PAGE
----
The Gig of Ham

One geek's contributions to the series of tubes

Jul 25, 2017 - 4 minute read - rant hardware advice

Carl's guide to buying a Printer

You’ve thought about it, and you have decided you need a printer. Let’s talk about how to pick one.

Buy a printer

Your printer needs to do one thing: print. Do you want to scan things? Buy a scanner (Epson makes lovely ones, my DS-510 is amazing). Do you need to FAX? Buy a online FAX service like nextiva, PamFax, or Phaxio if you need a good API. Don’t use eFax. DO NOT buy a MFD aka Multi Function Device (sometimes known as an all-in-one) which is a Printer, FAX, copier, and Scanner all in one. They suck at everything. Do not buy one.

Buy a laser printer

Unless you print photos all the time (like daily) buy a laser printer. Seriously. If you print infrequently, grab a sub $100 monochrome laser printer from your local office supply big box store or electronics warehouse store. Want color? You can get one that is COLOR for around $250. Do you print a fair amount? Laser is faster. Do you like saving paper? Many color laser printers can duplex out of the box. Really the only reason to not buy laser is if you print a lot of photos.

But the toner is expensive

Toner is cheaper than ink. Printer ink is the most expensive liquid on the planet by volume. Every time you turn on your printer or start a job, your ink-jet printer throws away ink to “clean”/prime the nozzle. If you print infrequently your ink can congeal or dry and become unusable. Toner has none of those problems. Most toner cartridges are good for over 2000 pages (and those counts only increment when the page contains those colors, B&W pages do not use color toner). I’ve neglected my laser printer for months and moved it to a new home, turned it on and it just worked. The last ink-jet printer I tried developed problems within two months of purchase.

I need to print photos to hang on Grandma’s wall so her friends can see them!

OK, laser printers do suck at printing photos. If you print them frequently (at least weekly) then get a quality photo ink-jet printer (the kind that takes 6 or more color cartridges), some good quality photo paper, and use it just for photos. If you print less than that, put that photo on a thumb drive and drive to your local chain pharmacy or warehouse department store and use the photo kiosk to print your JPEG. The quality will be better since those printers are usually dye sublimation, and it’s cheaper than having an ink-jet lying around.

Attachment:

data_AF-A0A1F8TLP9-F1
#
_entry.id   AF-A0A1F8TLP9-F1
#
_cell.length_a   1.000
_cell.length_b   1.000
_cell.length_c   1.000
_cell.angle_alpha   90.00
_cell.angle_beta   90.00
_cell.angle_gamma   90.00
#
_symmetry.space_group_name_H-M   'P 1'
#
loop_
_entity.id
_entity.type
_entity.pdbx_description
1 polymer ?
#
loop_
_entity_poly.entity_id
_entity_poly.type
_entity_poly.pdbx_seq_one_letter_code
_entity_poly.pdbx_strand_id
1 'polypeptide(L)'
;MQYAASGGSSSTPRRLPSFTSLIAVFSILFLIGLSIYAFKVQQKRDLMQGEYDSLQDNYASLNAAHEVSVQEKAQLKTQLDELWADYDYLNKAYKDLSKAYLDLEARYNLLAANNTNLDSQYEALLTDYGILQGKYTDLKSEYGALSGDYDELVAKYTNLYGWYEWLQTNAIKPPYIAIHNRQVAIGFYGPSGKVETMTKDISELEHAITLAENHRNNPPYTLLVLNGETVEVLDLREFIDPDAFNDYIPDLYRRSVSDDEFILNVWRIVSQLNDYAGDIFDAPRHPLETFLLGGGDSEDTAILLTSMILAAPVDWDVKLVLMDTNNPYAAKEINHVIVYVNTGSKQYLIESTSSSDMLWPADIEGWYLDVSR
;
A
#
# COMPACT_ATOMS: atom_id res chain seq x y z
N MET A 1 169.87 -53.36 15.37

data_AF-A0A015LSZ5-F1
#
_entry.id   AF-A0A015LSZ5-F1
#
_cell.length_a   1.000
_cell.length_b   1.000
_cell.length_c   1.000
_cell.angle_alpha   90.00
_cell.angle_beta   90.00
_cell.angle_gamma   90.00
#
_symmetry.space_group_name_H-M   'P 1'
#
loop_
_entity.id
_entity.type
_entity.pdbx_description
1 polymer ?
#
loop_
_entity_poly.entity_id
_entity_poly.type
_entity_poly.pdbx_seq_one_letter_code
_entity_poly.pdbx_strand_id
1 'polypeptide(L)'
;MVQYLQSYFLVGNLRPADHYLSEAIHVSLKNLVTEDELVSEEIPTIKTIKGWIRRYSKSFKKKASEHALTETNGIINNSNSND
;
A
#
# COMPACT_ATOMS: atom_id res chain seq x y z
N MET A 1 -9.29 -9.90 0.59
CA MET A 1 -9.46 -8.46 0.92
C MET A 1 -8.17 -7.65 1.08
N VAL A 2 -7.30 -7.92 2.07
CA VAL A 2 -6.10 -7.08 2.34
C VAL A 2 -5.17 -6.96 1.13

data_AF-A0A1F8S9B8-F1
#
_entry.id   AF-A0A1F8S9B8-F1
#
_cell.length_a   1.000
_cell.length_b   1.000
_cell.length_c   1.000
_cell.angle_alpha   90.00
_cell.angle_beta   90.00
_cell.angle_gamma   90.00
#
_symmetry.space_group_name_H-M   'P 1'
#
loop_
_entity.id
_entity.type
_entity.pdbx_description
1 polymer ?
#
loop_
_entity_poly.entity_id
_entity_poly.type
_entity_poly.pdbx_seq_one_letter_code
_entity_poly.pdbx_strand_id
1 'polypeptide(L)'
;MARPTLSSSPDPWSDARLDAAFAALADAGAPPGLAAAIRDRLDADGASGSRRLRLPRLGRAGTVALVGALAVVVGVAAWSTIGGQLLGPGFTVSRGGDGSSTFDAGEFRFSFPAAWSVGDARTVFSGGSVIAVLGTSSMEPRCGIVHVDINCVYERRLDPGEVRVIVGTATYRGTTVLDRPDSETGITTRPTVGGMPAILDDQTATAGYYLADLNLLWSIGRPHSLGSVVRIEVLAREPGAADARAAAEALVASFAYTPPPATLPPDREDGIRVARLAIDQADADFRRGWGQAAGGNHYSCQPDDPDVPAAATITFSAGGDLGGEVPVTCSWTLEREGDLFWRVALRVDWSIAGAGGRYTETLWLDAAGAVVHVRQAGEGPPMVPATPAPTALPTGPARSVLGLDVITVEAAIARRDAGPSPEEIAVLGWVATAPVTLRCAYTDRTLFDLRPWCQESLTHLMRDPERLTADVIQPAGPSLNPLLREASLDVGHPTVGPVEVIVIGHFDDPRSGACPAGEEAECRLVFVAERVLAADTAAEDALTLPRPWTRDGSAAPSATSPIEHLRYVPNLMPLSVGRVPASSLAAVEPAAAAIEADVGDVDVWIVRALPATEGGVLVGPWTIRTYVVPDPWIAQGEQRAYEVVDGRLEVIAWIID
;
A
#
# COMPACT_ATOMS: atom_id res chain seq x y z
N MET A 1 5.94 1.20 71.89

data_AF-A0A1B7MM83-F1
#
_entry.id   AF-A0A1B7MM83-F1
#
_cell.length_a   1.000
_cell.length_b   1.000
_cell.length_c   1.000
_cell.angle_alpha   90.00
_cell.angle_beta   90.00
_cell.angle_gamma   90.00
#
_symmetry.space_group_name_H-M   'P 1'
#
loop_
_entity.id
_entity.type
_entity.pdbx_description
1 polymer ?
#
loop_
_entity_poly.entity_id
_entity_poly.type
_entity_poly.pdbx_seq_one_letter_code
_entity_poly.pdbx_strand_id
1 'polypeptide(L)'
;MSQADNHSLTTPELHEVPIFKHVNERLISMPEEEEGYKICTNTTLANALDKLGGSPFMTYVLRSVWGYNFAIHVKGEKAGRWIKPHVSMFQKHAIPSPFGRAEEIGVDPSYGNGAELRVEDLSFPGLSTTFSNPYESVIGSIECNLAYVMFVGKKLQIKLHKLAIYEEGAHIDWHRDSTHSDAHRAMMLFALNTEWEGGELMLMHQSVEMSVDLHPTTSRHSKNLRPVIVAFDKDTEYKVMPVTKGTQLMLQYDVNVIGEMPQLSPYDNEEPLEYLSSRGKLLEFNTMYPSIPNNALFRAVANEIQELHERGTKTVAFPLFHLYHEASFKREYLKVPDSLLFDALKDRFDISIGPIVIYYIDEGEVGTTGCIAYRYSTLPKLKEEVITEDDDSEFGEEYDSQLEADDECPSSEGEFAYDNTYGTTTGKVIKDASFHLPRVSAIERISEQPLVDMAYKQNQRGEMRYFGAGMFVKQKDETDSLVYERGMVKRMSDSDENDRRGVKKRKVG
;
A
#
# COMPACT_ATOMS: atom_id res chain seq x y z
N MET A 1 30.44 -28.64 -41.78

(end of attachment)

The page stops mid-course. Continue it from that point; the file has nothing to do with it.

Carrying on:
Do not get a WiFi enabled printer

WiFi on Printers is a trap. Don’t do it. Inputting the WiFi password is pain and suffering and (news flash) WiFi is unreliable. On top of that, your printer is going to have WiFi-N and will slow down your entire network. If you want to be able to print from multiple machines, either share the printer from an almost always on desktop system; or get a Network printer and plug that Ethernet cable into your switch/router. It’s not that much more expensive (if any more expensive). Remember when I said your printer should be a printer? Many of the newer WiFi printers I’ve seen are smartphones with a printer attached (like running full copies of WebOS or Android just to give you full color LCD display with an on-screen keyboard for inputting your WiFi network information).

What brands would I recommend?

I recently got my lovely parents a Lexmark cs310dn which is a color, duplexing, network laser printer for about $250. It looks like that model has ben replaced by the cs317dn which is even cheaper. I have had great success with Lexmark printers, almost every one speaks native PostScript as well as PCL. They also support IPv6, IPP, and RAW (JetDirect) socket. They talk to Windows, Macs, and Linux boxen without any frustration in my experience. My Lexmark C543dn I bought in 2005ish has moved across the country multiple times, been struck by lightning, and still works with some minor user serviceable repairs over time. Total investment sans toner and paper: less than $600 over 10+ years. If you don’t care about Linux, Samsung and Brother make great laser printers as well (Linux support has been touch and go there, but Mac and Windows are fine).

Hope that helps. Choose wisely, choose a standalone non-MFD laser printer.